Despite Democrats’ slow and tentative recognition of transgender people, I will likely vote for their nominee for president because (like most trans people) I am not a single-issue voter, and I prefer their views on environmental, economic and social justice issues over Republicans’.
If Caitlyn Jenner votes Republican this election, she will also be basing her decision on numerous positions outside of transgender politics. In most cases, I will strongly disagree with those positions. But I will also disagree with the positions of millions of other Republican voters, the vast majority of whom are not transgender. So it’s unclear to me why I should single Jenner out for derision.
I recently had a conversation with an acquaintance whom I don’t know very well, but he knows that I’m a transgender activist, and he brought up the subject of how Caitlyn Jenner has upset the trans community via her political remarks. He was practically giddy over the negative reactions to her missteps. Of course, Jenner is a reality TV star, and people seem to enjoy watching reality TV stars being publicly humiliated—normally that’s how I might have interpreted his reaction.
However, throughout the conversation, this acquaintance kept referring to Jenner as “he,” despite my attempts to correct him. He did not seem to take Jenner’s female gender identity seriously. And I couldn’t help but wonder whether some of his fascination—and that of other people—stems from anti-trans bias, conscious or not. After all, many Americans still see transgender people as strange or illegitimate. So it wouldn’t surprise me if interest in this story is partly driven by a desire to see the world’s most famous transgender person being taken down by her own community.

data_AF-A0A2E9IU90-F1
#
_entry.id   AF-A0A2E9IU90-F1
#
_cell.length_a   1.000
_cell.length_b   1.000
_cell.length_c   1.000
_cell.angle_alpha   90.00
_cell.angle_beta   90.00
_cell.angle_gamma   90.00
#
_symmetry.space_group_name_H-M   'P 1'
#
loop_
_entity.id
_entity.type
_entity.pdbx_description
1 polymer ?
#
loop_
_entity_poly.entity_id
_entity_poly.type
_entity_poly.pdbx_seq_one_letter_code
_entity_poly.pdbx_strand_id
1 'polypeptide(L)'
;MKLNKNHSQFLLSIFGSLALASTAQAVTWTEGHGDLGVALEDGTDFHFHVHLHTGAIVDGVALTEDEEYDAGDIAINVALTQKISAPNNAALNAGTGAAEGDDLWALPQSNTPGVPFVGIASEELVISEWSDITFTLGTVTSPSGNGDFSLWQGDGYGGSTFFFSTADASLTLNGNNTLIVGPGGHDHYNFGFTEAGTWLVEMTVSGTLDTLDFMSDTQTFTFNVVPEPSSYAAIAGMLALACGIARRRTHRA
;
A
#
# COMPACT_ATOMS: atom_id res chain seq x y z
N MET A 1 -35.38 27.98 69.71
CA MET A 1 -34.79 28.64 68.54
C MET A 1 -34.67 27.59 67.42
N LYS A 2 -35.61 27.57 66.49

Caitlyn Jenner has positioned herself as a representative or “ambassador” of trans communities, so I can understand why trans people object or take issue when her views fail to accurately reflect or support those communities. But when people who are unconcerned with transgender rights themselves start piling on, quite frankly, I am suspicious.
- The Fight to Save the Salmon
- Inside the World of Black Bitcoin, Where Crypto Is About Making More Than Just Money
- The 'Great Resignation' Is Finally Getting Companies to Take Burnout Seriously. Is It Enough?
- Suddenly, Everyone on TV Is Very Rich or Very Poor. What Happened?
- Colin Powell Reflects on His Mistakes in Unpublished TIME Interview
- Business Travel's Demise Could Have Far-Reaching Consequences
- If the U.S. Spends Big on Climate, the Rest of the World Might Follow